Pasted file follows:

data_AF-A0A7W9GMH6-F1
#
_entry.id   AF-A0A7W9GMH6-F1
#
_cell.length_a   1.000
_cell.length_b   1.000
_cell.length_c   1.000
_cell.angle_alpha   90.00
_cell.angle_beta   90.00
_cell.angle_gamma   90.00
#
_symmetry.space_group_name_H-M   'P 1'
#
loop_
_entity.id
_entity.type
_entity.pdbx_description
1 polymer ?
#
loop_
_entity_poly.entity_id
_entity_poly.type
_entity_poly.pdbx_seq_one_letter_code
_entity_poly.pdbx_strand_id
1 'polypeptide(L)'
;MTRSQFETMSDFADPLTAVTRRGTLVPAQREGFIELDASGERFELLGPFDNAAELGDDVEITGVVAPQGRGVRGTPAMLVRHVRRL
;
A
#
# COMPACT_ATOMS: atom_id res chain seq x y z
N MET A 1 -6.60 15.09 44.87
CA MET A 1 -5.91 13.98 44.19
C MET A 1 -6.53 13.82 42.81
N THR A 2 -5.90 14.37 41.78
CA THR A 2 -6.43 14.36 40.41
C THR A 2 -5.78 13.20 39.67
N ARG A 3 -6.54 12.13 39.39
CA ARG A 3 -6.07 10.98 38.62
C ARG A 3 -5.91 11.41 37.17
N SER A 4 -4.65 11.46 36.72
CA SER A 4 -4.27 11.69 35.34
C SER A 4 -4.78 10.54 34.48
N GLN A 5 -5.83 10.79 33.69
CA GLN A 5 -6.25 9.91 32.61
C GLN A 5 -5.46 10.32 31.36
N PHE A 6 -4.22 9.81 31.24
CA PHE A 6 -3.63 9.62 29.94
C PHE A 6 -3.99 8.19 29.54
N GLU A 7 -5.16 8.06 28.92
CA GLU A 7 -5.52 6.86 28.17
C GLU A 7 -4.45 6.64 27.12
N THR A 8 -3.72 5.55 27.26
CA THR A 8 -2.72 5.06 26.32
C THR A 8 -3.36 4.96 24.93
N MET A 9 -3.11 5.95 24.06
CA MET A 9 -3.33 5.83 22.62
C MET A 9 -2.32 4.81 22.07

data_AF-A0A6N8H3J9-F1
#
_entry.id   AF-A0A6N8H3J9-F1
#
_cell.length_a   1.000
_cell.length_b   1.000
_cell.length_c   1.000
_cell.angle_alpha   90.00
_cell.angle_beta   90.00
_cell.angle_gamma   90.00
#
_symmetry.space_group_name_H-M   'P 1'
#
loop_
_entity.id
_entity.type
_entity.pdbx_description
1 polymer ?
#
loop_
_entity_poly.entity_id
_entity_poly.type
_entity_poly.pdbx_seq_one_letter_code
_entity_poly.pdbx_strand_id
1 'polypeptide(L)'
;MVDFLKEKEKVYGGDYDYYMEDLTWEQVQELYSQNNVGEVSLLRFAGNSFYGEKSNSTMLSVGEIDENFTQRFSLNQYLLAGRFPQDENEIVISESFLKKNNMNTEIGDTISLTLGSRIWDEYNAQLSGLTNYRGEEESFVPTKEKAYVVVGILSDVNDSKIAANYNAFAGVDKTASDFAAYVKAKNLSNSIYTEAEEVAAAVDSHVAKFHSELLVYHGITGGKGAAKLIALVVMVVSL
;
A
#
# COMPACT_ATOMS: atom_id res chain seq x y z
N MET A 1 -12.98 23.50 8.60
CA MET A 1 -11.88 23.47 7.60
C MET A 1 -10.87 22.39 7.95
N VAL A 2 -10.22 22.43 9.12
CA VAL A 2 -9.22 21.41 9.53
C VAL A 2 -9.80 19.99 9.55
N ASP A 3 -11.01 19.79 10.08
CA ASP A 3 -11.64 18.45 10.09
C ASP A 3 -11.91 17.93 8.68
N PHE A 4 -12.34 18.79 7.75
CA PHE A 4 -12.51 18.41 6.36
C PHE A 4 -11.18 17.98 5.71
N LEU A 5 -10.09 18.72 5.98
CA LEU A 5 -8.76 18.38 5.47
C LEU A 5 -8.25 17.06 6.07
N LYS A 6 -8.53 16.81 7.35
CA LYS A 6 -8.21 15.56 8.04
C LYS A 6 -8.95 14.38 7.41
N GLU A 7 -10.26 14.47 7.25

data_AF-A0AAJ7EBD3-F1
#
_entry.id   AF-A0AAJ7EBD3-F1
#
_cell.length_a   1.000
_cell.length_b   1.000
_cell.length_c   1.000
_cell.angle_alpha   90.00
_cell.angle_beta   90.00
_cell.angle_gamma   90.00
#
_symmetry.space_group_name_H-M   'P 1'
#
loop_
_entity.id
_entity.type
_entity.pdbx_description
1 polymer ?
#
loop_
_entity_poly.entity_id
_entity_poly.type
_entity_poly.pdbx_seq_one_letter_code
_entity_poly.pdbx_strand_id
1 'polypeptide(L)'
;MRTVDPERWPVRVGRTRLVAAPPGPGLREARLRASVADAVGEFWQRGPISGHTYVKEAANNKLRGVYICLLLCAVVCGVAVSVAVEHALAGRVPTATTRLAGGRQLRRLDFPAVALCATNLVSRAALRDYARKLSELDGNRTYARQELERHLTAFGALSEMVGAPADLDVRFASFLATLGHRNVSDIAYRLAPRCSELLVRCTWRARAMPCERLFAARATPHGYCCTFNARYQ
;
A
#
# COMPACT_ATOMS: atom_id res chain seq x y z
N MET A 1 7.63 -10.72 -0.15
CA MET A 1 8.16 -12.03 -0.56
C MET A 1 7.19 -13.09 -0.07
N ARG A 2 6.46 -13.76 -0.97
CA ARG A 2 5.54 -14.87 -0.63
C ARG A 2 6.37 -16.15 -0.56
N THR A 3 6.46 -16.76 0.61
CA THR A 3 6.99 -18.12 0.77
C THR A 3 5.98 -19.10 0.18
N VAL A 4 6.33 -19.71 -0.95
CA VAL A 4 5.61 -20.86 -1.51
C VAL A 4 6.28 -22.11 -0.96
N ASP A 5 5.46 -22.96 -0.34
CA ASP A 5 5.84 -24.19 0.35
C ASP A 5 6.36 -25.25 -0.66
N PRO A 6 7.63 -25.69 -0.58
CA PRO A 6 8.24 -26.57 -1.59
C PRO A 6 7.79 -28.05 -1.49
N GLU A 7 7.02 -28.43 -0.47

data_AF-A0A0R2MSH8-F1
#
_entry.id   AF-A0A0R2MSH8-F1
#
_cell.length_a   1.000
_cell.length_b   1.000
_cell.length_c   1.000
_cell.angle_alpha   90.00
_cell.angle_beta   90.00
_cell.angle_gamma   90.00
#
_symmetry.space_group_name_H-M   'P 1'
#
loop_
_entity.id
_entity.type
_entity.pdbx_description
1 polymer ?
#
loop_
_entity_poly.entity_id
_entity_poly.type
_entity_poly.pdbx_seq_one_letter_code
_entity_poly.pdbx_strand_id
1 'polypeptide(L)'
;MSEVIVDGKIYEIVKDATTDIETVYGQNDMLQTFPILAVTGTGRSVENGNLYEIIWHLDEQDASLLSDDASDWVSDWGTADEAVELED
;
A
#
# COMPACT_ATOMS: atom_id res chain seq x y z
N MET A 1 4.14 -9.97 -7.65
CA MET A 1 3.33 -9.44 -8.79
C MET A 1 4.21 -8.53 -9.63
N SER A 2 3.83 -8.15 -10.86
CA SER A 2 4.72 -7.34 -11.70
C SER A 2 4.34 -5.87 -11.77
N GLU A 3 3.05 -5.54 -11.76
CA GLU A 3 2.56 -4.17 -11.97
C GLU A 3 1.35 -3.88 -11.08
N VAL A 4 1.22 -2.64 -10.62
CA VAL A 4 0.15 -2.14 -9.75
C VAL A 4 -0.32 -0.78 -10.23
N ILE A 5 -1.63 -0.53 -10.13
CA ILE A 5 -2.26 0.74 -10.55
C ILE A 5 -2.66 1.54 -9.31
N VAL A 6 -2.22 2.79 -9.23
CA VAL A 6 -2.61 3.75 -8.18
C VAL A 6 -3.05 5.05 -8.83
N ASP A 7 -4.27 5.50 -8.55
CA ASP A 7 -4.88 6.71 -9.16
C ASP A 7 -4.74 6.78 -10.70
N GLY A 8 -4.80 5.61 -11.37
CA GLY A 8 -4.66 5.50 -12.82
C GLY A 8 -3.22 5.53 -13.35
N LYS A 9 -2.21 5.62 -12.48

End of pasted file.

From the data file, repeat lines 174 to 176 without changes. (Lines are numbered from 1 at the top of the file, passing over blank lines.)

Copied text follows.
#
loop_
_entity_poly.entity_id